Hawaii State Senate Passes Gay Marriage Bill, Sending Special Session Measure to House

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HONOLULU — The state Senate passed a bill Wednesday legalizing gay marriage, sending the measure to more uncertain prospects in the House.

After nearly two hours of discussion on the Senate floor on the merits of allowing same-sex couples to marry, the bill passed easily, 20-4, with one senator abstaining. The Hawaii Senate is dominated by Democrats, with only one Republican.

The House referred the bill to a joint committee later in the day, but not before a nearly four-hour session that was riddled with arguments, recesses, private caucus meetings and maneuvering by lawmakers on both sides to the issue to either move the measure along, delay it or advance a rival bill to put the matter to a public vote through a constitutional amendment.

Democratic Sen. Clayton Hee said before voting for the bill in the Senate that the moment is career-defining and lawmakers should embrace it.

"I ask you to expand the meaning of the word 'aloha' to truly include everyone," regardless of race, creed or sexual orientation, Hee said.

The joint House committee's hearing Thursday is likely to be jammed with public testimony, with the possibility of being extended to a second day.

House Majority Leader Scott Saiki has said it's likely the chamber will amend the bill to change religious exemptions. The Senate bill exempts ministers and other clergy — but not for-profit businesses — from having to perform gay wedding ceremonies.

"The House committees recognize that there is still a lot of public concern about the scope of the exemptions," Saiki said.

Hee said after the Senate vote that he has spoken with leadership in the House and told them that senators may not support expanded religious exemptions if they allow gay couples to be discriminated against as a separate class of people from others.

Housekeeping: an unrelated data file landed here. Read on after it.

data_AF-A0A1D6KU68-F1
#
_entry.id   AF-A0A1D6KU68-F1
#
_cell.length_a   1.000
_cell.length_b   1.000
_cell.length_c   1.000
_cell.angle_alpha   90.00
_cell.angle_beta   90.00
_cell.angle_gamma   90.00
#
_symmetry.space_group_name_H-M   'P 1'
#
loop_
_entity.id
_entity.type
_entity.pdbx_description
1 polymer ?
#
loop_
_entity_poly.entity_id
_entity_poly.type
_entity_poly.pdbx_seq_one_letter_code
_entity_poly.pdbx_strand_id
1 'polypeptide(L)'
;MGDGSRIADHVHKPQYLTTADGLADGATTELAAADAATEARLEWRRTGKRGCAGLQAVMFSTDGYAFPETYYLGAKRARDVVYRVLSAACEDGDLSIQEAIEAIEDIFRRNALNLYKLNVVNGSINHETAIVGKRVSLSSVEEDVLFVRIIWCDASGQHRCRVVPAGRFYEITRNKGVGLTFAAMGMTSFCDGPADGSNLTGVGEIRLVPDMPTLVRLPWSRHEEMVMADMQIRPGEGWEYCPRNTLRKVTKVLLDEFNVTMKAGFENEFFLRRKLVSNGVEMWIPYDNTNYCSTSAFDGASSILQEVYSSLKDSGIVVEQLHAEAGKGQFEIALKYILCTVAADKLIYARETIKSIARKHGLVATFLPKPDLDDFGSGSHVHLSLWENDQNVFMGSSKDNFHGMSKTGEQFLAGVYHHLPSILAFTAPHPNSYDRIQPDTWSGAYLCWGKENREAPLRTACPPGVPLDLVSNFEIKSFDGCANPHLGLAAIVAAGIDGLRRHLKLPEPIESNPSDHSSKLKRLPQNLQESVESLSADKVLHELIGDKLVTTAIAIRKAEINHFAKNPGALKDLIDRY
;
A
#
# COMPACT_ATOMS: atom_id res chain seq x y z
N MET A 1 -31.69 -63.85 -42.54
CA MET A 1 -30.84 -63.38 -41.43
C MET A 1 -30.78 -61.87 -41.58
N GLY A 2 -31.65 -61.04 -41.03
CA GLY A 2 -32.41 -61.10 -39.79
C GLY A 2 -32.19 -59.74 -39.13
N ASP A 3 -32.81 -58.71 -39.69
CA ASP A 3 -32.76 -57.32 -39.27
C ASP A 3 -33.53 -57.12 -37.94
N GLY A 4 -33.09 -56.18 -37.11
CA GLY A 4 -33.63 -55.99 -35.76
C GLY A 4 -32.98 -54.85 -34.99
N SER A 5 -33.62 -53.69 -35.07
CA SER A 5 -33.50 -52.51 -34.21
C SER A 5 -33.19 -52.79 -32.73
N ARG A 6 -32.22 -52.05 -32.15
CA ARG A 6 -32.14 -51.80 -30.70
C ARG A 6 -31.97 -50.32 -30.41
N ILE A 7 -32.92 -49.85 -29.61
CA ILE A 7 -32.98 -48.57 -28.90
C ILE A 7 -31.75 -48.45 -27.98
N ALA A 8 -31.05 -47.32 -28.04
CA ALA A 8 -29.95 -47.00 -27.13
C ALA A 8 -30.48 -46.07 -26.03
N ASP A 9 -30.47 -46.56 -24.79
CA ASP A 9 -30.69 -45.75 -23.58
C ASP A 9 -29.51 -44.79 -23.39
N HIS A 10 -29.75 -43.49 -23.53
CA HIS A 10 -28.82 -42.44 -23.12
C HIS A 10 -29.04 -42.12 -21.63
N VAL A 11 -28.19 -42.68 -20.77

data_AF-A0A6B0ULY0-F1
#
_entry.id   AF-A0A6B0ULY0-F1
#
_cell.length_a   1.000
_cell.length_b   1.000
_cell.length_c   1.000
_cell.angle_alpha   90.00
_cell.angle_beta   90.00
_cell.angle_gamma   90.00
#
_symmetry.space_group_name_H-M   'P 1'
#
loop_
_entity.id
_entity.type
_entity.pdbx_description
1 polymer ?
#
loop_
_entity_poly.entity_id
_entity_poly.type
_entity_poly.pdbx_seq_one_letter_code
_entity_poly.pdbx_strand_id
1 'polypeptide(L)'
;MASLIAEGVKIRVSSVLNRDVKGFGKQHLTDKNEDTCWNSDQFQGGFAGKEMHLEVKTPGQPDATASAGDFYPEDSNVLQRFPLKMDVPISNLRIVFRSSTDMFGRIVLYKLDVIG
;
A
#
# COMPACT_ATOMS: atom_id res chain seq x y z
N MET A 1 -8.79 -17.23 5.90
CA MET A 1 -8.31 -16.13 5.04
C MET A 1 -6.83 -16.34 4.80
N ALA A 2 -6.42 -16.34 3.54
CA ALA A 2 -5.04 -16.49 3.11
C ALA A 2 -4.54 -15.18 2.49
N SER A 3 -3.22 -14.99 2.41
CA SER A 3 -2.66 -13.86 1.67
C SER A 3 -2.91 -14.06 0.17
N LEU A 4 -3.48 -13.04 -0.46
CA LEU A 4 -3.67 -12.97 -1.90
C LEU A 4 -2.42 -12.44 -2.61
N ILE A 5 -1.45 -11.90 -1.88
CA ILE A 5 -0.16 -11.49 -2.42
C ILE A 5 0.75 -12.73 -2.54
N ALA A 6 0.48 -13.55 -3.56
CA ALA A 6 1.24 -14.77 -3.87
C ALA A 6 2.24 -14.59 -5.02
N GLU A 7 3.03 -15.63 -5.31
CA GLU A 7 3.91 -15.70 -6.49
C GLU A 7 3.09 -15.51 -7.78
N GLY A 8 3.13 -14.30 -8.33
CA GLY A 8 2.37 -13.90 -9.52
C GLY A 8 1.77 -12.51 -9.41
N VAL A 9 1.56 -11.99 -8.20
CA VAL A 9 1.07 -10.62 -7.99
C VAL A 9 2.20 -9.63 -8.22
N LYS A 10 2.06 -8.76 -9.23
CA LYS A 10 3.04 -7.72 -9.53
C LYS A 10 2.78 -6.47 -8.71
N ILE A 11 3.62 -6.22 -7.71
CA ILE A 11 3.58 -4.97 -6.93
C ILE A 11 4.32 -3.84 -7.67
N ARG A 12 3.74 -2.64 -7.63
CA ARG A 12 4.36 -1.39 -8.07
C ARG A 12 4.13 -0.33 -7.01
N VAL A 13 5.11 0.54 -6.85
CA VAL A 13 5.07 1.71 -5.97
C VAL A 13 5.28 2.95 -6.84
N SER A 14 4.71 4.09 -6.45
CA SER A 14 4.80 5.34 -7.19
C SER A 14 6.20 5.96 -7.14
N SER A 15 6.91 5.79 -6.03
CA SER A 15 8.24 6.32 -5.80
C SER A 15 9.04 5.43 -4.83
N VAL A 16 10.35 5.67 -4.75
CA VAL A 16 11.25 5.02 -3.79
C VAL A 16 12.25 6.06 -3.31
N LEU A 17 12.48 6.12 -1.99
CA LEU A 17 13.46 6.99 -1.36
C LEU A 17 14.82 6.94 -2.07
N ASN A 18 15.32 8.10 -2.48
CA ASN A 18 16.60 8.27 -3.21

"Those are efforts that I would caution against," Hee told reporters after the Senate vote.

Two lawmakers, Sens. Sam Slom and Mike Gabbard, spoke in opposition to the bill and criticized everything from the special session itself to the consequence they say gay marriage will have on society.

Slom, the Senate's only Republican, said the special session amounted to political theater, with the outcome decided ahead of time.

"The votes were extracted or taken before we ever met — otherwise we wouldn't have met," he said.

Gabbard said the issue should have been heard during regular session, with more of an effort to include testimony from Kauai, Maui, the Big Island and other neighbor islands.

He said the discussion on gay marriage has included name-calling and death threats.

"So much for the aloha spirit," he said.

The Halloween joint hearing between the House judiciary and finance committees is expected to last until midnight, then carry over to Friday if there are still people wanting to testify.

Because of the high public interest, the committees waived a 24-hour deadline on submitting testimony, promising to accept testimony before and during the hearing. A Senate committee hearing on Monday packed a rotating crowd through a 200-seat basement auditorium.

If the bill passes as currently written, ceremonies for same-sex couples would begin Nov. 18.

From the Associated Press


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